0747: "Geeks and Nerds"

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Lion_Knight
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Re: "Geeks and Nerds" Discussion

Postby Lion_Knight » Mon May 31, 2010 8:50 am UTC

skine wrote:A geek is one who bites heads off of chickens.

A nerd is one who knows this definition.



I can't agree enough with this statement.

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Re: "Geeks and Nerds" Discussion

Postby Hectamatatortron » Mon May 31, 2010 9:05 am UTC

Lion_Knight wrote:
skine wrote:A geek is one who bites heads off of chickens.

A nerd is one who knows this definition.

I can't agree enough with this statement.

Sounds like there's some lore I haven't located out of...disinterest...which is shared between you two.

Nope, as far as wanton curiosity is concerned I mainly venture into TVTropes, Japanese and maybe computer science. Avidly seeking trivia doesn't exceed those for me...

I'm a vagrant of neekdom (gerdom?); I don't think I'm doing the best job I can in meeting others' expectations of me they garner by my appearance. Ask me anything about things like Magic the Gathering, World of Warcraft, Star Trek, or pretty much any movie or TV show and I'll simply be confused. Though I do watch copious amounts of anime.

Am I still worthy of the circles? I am horribly smarmy if that counts.

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VectorZero
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Re: "Geeks and Nerds" Discussion

Postby VectorZero » Mon May 31, 2010 9:09 am UTC

awhansen01 wrote:my definitions were the exact opposite of randalls!
Heh, my brother and I agree that there is a clear and distinct definition for each, but disagree as to which word refers to which idea. I guess now we know... we're both both.
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J L
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Re: "Geeks and Nerds" Discussion

Postby J L » Mon May 31, 2010 9:50 am UTC

The last definition I heard was that a nerd is a geek, but with friends.

DVC
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Re: "Geeks and Nerds" Discussion

Postby DVC » Mon May 31, 2010 10:10 am UTC

My favourite definition:

Nerd: someone who likes learning for learning's sake.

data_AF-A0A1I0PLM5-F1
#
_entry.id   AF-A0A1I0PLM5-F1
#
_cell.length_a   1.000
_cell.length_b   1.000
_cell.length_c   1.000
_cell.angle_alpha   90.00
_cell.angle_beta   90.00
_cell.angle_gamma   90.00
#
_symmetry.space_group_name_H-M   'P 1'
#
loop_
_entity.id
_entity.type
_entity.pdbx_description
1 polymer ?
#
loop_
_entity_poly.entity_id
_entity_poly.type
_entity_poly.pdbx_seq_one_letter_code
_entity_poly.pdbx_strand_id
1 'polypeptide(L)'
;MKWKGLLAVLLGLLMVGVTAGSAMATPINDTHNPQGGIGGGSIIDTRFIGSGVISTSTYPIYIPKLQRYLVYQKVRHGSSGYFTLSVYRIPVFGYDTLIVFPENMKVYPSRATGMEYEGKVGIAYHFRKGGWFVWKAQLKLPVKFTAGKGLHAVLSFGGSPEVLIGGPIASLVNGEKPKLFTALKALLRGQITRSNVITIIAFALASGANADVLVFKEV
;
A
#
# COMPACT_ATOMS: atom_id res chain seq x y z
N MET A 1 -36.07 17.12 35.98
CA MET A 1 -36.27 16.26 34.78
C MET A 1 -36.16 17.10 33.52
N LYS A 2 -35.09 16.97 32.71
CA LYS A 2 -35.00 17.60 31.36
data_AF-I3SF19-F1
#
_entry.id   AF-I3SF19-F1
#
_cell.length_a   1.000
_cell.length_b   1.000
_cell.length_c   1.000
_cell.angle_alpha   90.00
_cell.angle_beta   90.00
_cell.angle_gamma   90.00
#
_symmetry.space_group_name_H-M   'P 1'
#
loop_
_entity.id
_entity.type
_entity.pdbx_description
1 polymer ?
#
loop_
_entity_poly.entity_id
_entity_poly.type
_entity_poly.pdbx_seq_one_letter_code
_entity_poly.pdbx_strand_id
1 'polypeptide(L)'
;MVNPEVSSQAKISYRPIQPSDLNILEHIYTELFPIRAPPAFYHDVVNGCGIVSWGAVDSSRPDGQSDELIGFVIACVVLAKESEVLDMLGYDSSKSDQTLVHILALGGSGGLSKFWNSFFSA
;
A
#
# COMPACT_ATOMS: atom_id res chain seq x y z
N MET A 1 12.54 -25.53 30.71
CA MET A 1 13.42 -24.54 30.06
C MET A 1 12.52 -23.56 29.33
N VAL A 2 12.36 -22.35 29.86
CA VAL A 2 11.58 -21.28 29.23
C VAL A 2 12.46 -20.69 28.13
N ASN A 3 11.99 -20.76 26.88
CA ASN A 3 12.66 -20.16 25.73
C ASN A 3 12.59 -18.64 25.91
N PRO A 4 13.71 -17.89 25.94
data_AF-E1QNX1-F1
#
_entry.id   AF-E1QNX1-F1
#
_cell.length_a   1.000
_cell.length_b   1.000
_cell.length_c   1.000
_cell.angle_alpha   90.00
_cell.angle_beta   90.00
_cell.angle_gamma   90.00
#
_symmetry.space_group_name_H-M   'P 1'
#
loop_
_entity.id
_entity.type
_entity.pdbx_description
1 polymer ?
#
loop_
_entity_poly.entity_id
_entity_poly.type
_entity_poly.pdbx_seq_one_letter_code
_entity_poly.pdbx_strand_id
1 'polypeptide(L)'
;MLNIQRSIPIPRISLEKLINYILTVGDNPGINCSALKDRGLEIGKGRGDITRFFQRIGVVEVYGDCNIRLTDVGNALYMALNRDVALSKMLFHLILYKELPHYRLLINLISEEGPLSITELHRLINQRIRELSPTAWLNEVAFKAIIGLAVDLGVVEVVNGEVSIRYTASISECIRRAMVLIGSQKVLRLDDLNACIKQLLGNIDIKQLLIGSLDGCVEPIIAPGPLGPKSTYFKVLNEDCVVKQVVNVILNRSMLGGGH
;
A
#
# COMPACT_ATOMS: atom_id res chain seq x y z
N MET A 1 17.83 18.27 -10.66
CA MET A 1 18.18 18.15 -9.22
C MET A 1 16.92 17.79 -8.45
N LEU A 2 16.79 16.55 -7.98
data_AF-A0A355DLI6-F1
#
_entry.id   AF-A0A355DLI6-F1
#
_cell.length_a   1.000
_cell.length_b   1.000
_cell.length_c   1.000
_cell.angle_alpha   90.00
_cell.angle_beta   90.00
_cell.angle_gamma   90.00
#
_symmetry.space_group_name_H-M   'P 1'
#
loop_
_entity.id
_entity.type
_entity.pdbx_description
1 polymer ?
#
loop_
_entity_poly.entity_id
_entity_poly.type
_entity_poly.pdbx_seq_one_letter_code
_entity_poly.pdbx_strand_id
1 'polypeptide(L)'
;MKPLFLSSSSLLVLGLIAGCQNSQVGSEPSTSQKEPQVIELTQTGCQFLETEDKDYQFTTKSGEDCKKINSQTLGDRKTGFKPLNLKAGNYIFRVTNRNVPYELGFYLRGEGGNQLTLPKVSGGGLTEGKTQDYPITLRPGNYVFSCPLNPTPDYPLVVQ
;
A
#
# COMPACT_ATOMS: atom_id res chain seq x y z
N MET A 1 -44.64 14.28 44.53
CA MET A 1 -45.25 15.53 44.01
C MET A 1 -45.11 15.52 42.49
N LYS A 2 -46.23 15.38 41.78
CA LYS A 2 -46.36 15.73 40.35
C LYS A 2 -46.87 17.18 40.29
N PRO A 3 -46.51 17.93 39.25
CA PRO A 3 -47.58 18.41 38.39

Geek: someone who learns a topic/thing obsessively, but that topic/thing has an application.

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Re: "Geeks and Nerds" Discussion

Postby elims1 » Mon May 31, 2010 10:28 am UTC

Huh... Reading the definitions here, I'd say I'm a little bit of both...

According to this: http://laughingsquid.com/nerd-venn-diag ... -or-dweeb/ I'm a geek.

J L wrote:The last definition I heard was that a nerd is a geek, but with friends.


Yeah, that seems about right.
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Re: "Geeks and Nerds" Discussion

Postby Muffinman42 » Mon May 31, 2010 10:35 am UTC

That laughingsquid thing puts me as a geek, though im not completely obsessed...I'm just posting here ironically...

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Re: "Geeks and Nerds" Discussion

Postby SW15243 » Mon May 31, 2010 10:59 am UTC

From what I can gather from briefly skimming the (tl;dr) topic, you guys seem to think that geek is the more degrading one, but where I'm from, it's the opposite.
The way I've always treated it, and had it been treated by others, is that you're a geek if you're into things that generally have a socially-awkward stigma attached to them, like video games, comic books, TCG, tabletop stuff, that sort of thing.
You're a nerd if you're into these sorts of things, but actually legitimately exhibit that socially awkward stigma.

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Re: "Geeks and Nerds" Discussion

Postby JDspeeder1 » Mon May 31, 2010 12:15 pm UTC

They both deal with obsessiveness. My definition generally agrees with Randall's. Geeks are obsessed with niche pop culture (Star [Trek/Wars], Tolkien, comics, table-top RPGs, etc.). Nerds are obsessed with fields of study (math, science, technology, language, etc.).

There is some overlap, and social awkwardness is often (but by no means always) a characteristic of both.

A geek can identify any Star Trek starship class on sight.
A nerd can build a one that actually works.

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Re: "Geeks and Nerds" Discussion

Postby SpringLoaded12 » Mon May 31, 2010 12:18 pm UTC

Lonewolf I wrote:Image
Alt text: "The definitions I grew up with were that a geek is someone unusually into something (so you could have computer geeks, baseball geeks, theater geeks, etc) and nerds are (often awkward) science, math, or computer geeks. But definitions vary."

Funny. My personal definition for those two words is flipped.


Alt-text pretty much nails the definition head-on, IMO. Which means if I met Lonewolf in real life I would have to slap him/her upside the head. Yay for fitting into the Venn diagram?
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Re: "Geeks and Nerds" Discussion

Postby Eikinkloster » Mon May 31, 2010 12:19 pm UTC

The Nerd Venn Diagram states that a nerd is a dork geek.
I think this is consistent with the usage I've usually seen.

In Brazil the term geek is unknown outside of the computer scene. Nerd is essencially an insult and means socially awkward/too intellectual/ugly.
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Re: "Geeks and Nerds" Discussion

Postby Charlemagne_ » Mon May 31, 2010 12:22 pm UTC

I've always thought that geek meant somebody who has an in depth knowledge or obsession with one particular topic or area, and is generally successful within that area, whereas a nerd is a person who likes learning in general, but doesn't particularly excel in one specific area.

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Re: "Geeks and Nerds" Discussion

Postby E'Bahn » Mon May 31, 2010 12:26 pm UTC

I have always particularly enjoyed Jorge Cham's discussion on the subject:
http://www.phdcomics.com/comics/archive.php?comicid=401